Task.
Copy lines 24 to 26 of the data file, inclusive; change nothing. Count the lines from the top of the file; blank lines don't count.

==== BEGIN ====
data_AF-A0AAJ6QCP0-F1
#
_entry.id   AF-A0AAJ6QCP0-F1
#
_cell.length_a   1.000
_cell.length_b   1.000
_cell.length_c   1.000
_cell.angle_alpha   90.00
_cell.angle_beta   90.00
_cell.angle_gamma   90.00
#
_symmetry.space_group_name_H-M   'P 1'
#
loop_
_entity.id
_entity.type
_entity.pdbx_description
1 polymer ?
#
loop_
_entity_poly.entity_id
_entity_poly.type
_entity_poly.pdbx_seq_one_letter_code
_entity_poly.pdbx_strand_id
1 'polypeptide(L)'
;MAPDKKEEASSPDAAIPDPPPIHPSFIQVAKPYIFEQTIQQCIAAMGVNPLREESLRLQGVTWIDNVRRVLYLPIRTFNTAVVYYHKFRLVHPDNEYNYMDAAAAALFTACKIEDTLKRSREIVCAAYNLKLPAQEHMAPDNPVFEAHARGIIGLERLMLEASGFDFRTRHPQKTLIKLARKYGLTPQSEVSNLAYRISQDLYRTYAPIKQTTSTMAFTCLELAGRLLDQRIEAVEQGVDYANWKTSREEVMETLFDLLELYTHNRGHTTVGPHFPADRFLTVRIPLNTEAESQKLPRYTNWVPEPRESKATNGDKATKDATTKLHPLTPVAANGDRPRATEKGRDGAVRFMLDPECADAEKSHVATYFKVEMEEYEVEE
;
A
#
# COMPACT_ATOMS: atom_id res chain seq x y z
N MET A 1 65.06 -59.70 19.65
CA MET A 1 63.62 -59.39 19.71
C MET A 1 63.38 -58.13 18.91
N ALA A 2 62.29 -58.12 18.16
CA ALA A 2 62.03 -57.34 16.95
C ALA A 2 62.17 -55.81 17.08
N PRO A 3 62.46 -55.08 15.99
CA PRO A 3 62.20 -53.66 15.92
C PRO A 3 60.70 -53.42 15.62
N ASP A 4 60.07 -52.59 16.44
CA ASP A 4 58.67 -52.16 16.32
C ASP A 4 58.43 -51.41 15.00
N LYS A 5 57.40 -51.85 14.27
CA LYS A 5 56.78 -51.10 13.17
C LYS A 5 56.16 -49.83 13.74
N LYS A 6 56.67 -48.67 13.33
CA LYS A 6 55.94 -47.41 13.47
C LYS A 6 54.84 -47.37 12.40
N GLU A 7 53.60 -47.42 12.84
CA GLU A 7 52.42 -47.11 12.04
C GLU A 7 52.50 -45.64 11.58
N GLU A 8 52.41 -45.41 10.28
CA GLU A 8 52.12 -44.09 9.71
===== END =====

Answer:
_entity_poly.pdbx_strand_id
1 'polypeptide(L)'
;MAPDKKEEASSPDAAIPDPPPIHPSFIQVAKPYIFEQTIQQCIAAMGVNPLREESLRLQGVTWIDNVRRVLYLPIRTFNTAVVYYHKFRLVHPDNEYNYMDAAAAALFTACKIEDTLKRSREIVCAAYNLKLPAQEHMAPDNPVFEAHARGIIGLERLMLEASGFDFRTRHPQKTLIKLARKYGLTPQSEVSNLAYRISQDLYRTYAPIKQTTSTMAFTCLELAGRLLDQRIEAVEQGVDYANWKTSREEVMETLFDLLELYTHNRGHTTVGPHFPADRFLTVRIPLNTEAESQKLPRYTNWVPEPRESKATNGDKATKDATTKLHPLTPVAANGDRPRATEKGRDGAVRFMLDPECADAEKSHVATYFKVEMEEYEVEE